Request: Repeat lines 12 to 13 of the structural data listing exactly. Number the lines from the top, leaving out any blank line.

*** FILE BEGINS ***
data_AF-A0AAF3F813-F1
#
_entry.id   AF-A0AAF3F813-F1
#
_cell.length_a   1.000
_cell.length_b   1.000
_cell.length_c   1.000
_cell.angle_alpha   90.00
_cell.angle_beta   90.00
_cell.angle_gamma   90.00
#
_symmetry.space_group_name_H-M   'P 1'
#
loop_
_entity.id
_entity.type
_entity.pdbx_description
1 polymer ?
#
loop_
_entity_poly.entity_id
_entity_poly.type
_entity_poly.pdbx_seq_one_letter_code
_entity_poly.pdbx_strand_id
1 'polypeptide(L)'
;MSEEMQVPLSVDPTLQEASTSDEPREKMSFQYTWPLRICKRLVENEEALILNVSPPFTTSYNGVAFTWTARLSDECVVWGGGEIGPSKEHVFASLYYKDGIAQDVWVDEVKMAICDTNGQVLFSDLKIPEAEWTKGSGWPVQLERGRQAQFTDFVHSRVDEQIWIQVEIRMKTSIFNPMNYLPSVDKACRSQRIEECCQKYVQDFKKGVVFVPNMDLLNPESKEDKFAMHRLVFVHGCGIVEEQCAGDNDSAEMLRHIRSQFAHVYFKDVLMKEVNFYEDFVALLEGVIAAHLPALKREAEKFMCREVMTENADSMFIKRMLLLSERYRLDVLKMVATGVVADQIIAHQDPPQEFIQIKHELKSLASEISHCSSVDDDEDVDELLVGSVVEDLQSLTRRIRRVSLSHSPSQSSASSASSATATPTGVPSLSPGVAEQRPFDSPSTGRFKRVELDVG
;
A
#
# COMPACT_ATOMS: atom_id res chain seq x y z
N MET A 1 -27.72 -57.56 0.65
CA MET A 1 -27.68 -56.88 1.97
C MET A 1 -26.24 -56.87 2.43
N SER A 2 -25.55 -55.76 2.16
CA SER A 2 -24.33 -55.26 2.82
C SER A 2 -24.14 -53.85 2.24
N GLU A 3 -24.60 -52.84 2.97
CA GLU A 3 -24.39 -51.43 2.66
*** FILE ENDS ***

_symmetry.space_group_name_H-M   'P 1'
#